But earlier this month, GE said it would evaluate its planned second-half dividend, leaving open a possibility that it would reduce the quarterly payout.
"We recognize the importance of the dividend to our shareholders and the significance of this decision," Immelt said in a statement Friday. "But we believe it is the right precautionary action at this time to further strengthen our company for the long-term, while still providing an attractive dividend."
Still, troubles at its GE Capital finance unit had led some investors to wonder whether keeping the dividend was a good idea.
"I am personally happy to see it happen, even though we are a big shareholder," said Peter Sorrentino, senior vice president and portfolio manager at Huntington Asset Advisors, in Cincinnati. "It'll give them the ability to weather this storm better ... I know that it's in vogue to maintain a dividend, but that should never come at the expense of the franchise."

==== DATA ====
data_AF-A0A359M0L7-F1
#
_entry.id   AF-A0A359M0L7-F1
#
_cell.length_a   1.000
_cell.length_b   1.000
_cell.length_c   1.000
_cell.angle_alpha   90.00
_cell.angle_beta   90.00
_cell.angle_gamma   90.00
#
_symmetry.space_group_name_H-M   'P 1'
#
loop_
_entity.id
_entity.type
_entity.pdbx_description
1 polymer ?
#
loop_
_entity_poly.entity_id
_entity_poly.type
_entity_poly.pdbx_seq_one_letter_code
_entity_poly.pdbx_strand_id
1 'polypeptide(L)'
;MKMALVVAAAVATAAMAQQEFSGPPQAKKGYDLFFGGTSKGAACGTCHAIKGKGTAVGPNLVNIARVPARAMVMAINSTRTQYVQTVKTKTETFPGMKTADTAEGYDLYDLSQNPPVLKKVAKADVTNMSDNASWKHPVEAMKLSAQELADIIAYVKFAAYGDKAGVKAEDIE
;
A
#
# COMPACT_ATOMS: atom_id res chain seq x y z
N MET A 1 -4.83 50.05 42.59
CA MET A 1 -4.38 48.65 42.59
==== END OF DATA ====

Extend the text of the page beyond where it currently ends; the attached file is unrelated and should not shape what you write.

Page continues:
GE shares have lost more than 70 percent of their value over the past year amid investor concerns over the effect of the credit crunch on GE Capital, GE's financial unit.
Ratings agencies Moody's Investors Service and Standard & Poor's are reviewing their ratings of GE. Many analysts suspect the company will lose its "AAA" rating, largely due to the problems at GE Capital.
GE, which makes everything from locomotives to household appliances and is regarded as an economic bellwether, has been working to reduce its dependence on its GE Capital though efforts to sell off parts of that portfolio have proved unsuccessful during the credit crunch.
GE is the parent company of CNBC.
—Reuters contributed to this report.